Our children are playing online games more than ever. Here’s how you can take a more active role as a parent | Alexander Bacalja


With most Australian students still learning from home, it’s no surprise that online gaming has increased dramatically in recent months.

Continued restrictions on community leisure activities coupled with parents juggling supporting their children’s transition to online learning with their own work from home means the reins on screen time have been loosened. But should we be worried?

The tendency for families to spend more time playing together has been increasing for some time. The latest Digital Australia Report tells us that nine out of 10 households have a device that has been used for gaming, and 59% of parents play with their children. These trends have likely increased during the pandemic. Now is a great time to have a conversation about the types of digital storytelling we engage in and how parents might rethink the impact of play with their children on literacy and learning.

Digital storytelling captures the rich, complex and entertaining narratives of our world. Podcasts, YouTube videos, TikToks and creative social media works, plus a range of smartphone apps, now give the everyday user the tools to create and share stories almost instantly.

While poetry was once seen as the only way we could humanize and civilize the soul, the gaming industry has increasingly turned to storytelling to create new ways with words and stories. It is the learning that takes place through these new forms of storytelling that should interest parents the most.

James Gee has written extensively about the benefits of gameplay in his book What Video Games Have to Teach Us About Learning and Literacy. Australian researchers have also studied the types of learning that take place when digital games are introduced into primary and secondary school classrooms. They found that playing and studying games forces us to rethink the way we teach literacy, that we teach young people to question the difficult ideas and representations they find in video games, and that knowledge and the skills that young Australians develop through digital literacy prepare them to be effective and active participants in contemporary society.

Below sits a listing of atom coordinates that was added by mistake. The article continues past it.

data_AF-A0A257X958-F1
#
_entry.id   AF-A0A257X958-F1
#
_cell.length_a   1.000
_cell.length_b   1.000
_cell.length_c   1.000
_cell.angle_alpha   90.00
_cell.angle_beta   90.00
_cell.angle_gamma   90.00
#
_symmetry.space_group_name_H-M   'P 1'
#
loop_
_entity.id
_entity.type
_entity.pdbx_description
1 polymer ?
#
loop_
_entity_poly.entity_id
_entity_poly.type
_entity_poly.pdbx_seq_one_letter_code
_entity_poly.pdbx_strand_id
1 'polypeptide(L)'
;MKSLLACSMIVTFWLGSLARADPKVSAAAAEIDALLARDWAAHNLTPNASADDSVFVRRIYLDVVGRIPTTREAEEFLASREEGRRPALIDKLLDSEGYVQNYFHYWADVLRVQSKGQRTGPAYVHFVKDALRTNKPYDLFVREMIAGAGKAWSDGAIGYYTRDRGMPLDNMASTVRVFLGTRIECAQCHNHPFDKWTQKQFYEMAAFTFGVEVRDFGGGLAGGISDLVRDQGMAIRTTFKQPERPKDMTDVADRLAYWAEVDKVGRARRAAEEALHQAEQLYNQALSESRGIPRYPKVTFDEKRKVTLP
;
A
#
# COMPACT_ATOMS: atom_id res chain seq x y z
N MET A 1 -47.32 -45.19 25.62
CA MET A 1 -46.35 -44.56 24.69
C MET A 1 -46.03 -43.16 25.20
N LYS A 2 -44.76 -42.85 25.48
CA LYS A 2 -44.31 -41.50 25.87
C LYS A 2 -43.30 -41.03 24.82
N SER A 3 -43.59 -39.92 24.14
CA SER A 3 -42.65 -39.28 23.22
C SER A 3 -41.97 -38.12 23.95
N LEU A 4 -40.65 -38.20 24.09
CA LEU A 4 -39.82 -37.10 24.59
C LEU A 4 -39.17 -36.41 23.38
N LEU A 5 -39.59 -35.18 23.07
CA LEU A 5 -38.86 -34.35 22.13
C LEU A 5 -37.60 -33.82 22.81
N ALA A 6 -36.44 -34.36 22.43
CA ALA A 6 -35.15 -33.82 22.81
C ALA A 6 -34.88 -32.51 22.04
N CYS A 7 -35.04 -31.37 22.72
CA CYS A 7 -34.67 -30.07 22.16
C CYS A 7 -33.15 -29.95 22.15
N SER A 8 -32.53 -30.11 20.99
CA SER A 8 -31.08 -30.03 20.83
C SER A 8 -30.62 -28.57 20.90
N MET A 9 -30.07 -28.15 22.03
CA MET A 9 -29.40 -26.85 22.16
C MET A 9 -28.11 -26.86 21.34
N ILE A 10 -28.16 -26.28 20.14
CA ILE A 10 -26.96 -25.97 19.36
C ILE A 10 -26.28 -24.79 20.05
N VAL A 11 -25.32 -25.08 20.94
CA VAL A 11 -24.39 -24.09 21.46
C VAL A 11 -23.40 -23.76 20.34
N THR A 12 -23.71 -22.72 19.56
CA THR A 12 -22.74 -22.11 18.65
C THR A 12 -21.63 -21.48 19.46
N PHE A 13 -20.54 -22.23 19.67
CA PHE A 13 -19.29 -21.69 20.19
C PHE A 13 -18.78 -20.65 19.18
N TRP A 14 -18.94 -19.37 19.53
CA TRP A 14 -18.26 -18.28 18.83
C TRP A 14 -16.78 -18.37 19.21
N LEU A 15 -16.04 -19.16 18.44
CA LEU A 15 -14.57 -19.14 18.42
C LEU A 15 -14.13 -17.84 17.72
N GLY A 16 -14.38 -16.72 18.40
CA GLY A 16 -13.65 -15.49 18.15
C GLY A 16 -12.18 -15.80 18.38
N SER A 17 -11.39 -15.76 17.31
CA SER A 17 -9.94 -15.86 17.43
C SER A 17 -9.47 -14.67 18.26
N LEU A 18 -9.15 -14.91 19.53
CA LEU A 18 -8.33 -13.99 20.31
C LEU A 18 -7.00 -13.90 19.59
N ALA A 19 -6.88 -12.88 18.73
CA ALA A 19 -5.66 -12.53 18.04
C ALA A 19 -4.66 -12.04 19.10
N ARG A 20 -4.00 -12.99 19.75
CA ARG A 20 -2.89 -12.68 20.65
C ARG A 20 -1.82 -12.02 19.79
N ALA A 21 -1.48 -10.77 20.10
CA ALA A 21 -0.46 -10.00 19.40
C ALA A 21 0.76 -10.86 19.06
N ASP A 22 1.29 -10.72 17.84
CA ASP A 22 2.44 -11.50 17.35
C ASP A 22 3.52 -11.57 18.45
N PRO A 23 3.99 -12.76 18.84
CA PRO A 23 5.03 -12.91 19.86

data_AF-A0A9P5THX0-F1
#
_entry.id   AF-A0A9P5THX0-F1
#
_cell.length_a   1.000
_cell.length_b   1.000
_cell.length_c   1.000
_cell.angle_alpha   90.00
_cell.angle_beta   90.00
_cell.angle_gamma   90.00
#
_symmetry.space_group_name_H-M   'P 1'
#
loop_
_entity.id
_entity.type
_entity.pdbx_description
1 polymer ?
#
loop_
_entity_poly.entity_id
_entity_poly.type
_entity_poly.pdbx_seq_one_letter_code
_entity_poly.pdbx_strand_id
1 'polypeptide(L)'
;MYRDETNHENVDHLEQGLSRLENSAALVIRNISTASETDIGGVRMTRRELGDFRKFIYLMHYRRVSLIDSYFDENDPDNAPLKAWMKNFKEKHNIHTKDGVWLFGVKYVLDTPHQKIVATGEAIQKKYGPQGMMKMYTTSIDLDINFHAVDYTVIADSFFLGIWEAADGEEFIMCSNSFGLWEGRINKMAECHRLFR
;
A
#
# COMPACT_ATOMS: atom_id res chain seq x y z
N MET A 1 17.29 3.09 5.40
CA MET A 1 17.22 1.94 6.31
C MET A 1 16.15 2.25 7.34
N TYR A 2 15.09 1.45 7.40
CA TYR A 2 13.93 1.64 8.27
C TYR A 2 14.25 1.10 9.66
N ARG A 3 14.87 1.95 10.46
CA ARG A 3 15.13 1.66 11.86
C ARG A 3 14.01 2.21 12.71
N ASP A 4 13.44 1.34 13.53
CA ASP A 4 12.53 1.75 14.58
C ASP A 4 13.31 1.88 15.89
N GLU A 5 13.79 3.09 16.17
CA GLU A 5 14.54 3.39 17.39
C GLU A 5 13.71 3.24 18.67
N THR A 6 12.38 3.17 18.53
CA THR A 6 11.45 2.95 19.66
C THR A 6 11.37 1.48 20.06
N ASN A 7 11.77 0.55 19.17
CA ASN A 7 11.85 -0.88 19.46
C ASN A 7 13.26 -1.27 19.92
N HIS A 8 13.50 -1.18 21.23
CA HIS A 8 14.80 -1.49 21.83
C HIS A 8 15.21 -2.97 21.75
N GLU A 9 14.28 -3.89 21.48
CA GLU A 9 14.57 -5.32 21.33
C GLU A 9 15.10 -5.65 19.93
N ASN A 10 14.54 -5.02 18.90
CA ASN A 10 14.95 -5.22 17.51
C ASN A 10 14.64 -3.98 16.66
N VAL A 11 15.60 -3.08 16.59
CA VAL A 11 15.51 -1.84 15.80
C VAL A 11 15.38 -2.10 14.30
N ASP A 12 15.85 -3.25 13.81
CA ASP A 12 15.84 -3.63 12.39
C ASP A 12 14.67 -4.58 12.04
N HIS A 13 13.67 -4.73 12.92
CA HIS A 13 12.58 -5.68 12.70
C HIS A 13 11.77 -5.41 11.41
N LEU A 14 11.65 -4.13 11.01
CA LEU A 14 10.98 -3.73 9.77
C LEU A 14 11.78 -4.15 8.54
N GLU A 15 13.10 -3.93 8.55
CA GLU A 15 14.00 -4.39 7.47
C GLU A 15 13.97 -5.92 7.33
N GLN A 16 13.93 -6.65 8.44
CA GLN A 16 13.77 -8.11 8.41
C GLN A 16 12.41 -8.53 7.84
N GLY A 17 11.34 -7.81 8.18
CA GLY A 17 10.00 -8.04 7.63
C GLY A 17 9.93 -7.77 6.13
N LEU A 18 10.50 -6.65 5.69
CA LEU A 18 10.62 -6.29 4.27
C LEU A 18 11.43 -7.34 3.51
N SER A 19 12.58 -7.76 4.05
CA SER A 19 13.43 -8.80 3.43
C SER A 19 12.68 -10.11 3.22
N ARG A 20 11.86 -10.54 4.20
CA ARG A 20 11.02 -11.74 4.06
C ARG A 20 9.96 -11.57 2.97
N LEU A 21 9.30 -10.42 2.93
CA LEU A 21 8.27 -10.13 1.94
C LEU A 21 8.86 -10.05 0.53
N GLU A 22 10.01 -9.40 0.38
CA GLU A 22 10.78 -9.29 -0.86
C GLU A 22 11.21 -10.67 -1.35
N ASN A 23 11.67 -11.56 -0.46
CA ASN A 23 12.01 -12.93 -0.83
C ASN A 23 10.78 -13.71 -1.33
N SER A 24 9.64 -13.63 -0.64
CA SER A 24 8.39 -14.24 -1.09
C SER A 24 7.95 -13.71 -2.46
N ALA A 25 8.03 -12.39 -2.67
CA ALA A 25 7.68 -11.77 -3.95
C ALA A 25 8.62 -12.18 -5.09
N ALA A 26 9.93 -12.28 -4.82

Unfortunately, the obsession with Naplan and standardized literacy tests has led many parents to conclude that learning can be reduced to what a student does with pen and paper under timed conditions. Literacy learning has always been about more than that: it’s about how we use language with others. It is about how we make sense of linguistic, visual and musical representations. It also manifests in how we interact with the plethora of digital media that now accompany new game releases.

So how can we take a more active role in our children’s play?

Start by talking with your children about the games they play. Discover the genres and series they enjoy. Look for other games that share similar features. Sit down and play with them. Take turns killing a dragon and building a city. Evidence tells us that computer-mediated communication between children and their parents increases closeness. Sharing experiences in the virtual world first involves meeting in the real world.

Given the huge range of high-quality games released in recent years, it’s easier than ever to find worlds of stories that adults and children can enjoy together. Whether you want to travel through time as a deadly assassin (Assassin’s Creed), discover a post-nuclear war world (Fallout 4), ride your valiant steed through the American Midwest (Red Dead Redemption 2), escape on a desert island to catch fish and bugs and develop your ideal home (Animal Crossing: New Horizons), or create an entirely new world in a distant galaxy (No Man’s Sky).

There’s never been a better time to journey into digital worlds with our children to build new stories and memories together.

Alexander Bacalja (PhD) is a Lecturer in Language and Literacy and Fellow of the Center for Language and Literacy Research at the Melbourne Graduate School of Education, University of Melbourne. He is the Victorian delegate of the Australian Association for the Teaching of English


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